Wine Talk: Once upon a time

The deep-rooted story of wine in this region spans thousands of years.

August 3, 2019 19:10
Wine Talk: Once upon a time

MOSAICS, like this one from Beit She’an, can provide insight into winemaking in ancient times.. (photo credit: DANI KRONENBERG / THE ISRAEL ANTIQUITIES AUTHORITY)

There are thousands of wine presses in Israel, you can’t help but stumble over them wherever you go. It always gives me the chills when I see one of these, because it connects winemaking today with winemaking in ancient times. It reminds me that wine is a great ambassador of modern Israel, but it was also extremely important at the dawn of the Jewish people in biblical times.

The first vineyard grower, according to the Bible, was Noah. He “planted a vineyard and drank the wine” (Genesis 9:20). I like this story for a few reasons. Firstly, Noah’s Ark came to rest on Mount Ararat in eastern Turkey. This is a case where archaeology supports the Bible’s narrative. Eastern Turkey was one of the earliest places where evidence of ancient winemaking has been found. In fact, winemaking arguably began between the Caspian Sea and Black Sea, which is not far away.

Secondly, I imagine Noah took a cutting of a wild vine into the Ark with him, so he could plant it when the flood subsided. The idea of planting a vineyard is a statement of settling in one place, of becoming farmers instead of wandering nomads. Thucydides said man became civilized when he planted the vine and olive tree.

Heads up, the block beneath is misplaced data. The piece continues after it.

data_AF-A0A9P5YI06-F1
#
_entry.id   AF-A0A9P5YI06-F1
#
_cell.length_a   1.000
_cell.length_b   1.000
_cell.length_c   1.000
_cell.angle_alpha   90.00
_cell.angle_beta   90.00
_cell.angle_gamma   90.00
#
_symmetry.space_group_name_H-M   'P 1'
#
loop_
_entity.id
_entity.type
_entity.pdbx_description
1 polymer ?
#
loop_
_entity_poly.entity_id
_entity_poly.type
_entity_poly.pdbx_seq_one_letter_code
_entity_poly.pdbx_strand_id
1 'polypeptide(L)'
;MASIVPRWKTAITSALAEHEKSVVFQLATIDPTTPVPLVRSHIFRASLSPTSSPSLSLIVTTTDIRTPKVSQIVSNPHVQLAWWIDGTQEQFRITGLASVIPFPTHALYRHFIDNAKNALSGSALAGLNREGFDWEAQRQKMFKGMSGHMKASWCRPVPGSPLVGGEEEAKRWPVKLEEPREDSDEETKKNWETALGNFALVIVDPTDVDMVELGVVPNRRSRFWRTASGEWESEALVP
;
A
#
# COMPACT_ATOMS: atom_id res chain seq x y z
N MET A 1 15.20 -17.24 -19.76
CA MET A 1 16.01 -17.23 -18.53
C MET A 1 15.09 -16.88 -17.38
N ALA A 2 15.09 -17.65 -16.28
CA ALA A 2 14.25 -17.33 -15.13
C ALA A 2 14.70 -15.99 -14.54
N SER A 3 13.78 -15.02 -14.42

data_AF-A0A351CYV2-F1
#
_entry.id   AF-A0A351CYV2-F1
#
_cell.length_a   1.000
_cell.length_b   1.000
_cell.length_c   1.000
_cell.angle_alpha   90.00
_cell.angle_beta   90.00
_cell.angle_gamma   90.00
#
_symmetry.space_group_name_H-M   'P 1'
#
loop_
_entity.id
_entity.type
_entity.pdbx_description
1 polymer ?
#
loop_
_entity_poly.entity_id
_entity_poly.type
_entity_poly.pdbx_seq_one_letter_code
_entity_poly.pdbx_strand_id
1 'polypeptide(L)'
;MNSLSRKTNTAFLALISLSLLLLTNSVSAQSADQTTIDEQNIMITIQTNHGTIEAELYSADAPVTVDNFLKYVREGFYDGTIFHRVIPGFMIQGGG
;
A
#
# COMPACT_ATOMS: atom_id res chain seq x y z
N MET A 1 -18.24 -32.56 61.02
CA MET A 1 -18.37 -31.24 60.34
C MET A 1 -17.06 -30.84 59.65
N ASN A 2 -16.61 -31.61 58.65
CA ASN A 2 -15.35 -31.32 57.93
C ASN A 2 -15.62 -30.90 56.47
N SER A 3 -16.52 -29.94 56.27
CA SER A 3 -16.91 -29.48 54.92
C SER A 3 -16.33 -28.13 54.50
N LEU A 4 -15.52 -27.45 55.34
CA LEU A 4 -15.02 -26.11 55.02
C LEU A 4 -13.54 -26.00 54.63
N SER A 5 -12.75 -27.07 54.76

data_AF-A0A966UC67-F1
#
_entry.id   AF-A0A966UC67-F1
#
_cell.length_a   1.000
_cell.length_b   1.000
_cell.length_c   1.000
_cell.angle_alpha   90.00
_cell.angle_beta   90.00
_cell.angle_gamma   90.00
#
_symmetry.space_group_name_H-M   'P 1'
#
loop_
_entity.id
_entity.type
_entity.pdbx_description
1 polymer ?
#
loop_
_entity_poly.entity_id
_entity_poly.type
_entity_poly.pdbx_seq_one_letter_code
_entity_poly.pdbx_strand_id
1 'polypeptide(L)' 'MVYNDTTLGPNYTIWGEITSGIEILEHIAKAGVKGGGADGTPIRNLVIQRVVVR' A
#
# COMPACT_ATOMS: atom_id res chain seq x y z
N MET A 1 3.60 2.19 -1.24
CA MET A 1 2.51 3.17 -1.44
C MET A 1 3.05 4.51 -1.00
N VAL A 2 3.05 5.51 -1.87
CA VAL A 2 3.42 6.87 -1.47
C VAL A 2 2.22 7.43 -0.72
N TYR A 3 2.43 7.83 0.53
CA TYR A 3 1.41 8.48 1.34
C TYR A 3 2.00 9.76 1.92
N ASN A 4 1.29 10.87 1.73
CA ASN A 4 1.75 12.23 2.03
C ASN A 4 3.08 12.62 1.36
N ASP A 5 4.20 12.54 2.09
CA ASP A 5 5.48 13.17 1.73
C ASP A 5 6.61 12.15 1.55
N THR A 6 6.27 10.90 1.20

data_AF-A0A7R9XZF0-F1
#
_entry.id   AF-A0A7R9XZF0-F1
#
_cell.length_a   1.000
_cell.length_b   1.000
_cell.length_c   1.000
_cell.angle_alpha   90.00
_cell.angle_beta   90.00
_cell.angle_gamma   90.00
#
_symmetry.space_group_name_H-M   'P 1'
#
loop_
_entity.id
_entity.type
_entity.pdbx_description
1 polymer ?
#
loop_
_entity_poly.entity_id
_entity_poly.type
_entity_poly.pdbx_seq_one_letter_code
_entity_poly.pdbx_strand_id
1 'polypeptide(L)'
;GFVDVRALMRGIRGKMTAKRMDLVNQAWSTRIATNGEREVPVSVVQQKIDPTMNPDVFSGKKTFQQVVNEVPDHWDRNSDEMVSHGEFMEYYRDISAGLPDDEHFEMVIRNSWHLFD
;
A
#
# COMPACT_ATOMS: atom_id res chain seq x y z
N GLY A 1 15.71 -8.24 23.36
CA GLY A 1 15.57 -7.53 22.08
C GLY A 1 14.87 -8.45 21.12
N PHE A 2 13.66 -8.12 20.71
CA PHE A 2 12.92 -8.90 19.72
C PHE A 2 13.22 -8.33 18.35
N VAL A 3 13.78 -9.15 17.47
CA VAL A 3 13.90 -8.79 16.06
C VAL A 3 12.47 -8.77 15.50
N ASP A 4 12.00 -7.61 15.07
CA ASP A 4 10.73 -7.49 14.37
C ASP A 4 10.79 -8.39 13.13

Finally, the text is very succinct. It talks about planting a vineyard and drinking the wine. It does not mention he made the wine. That is understood. We sometimes talk about “wine” growers, not grape growers. The French have a wonderful word, “vigneron.” This is someone who looks after a vineyard to make wine. The winemaking is understood. Noah was a vigneron.

The hunter and forager sought sweet fruits because they were tasty, had calories and good nutritional value. The sweetness of ripe grapes was prized. The journey from wild grapes to cultivated grapes took hundreds of years of natural selection.

The discovery of wine occurred by chance along the way. Each individual grape is a self-contained mini-winery. If a grape skin split, the white yeast bloom on the skin would naturally attack the sugars in the juice. Wine would result. As they did not understand the process, wine swiftly became elevated to the status of a nectar of the gods, and all kinds folklore grew up to replace the lack of knowledge. They did understand that wine was potent and had properties to improve the mood, therefore it was prized all the more.

Isaiah’s “Song of a Vineyard” (Isaiah 5) is a wonderful source of information about vineyards and viticulture. From this, we learn that the vineyard was on a “fertile hill.” Vineyards like slopes. There is more sunlight if facing the right way, drainage is better and the vine will grow on slopes where other crops will not grow. We are told a new vineyard has to be “dug up and cleared of stones.” That has not changed. If you visit an Israeli vineyard today, you will often find a pile of stones in a corner of a vineyard as evidence of the difficulties in clearing it. They planted the “choicest” vines. That has not changed either. Then, certain vines gave better results just like today. “He built a watchtower.” Many vineyards in ancient times had a watchtower to guard the precious fruit. Not much new there. The vine would naturally sprawl along the ground or grow up trees. If cultivated, it had to be trained or grown on a pergola.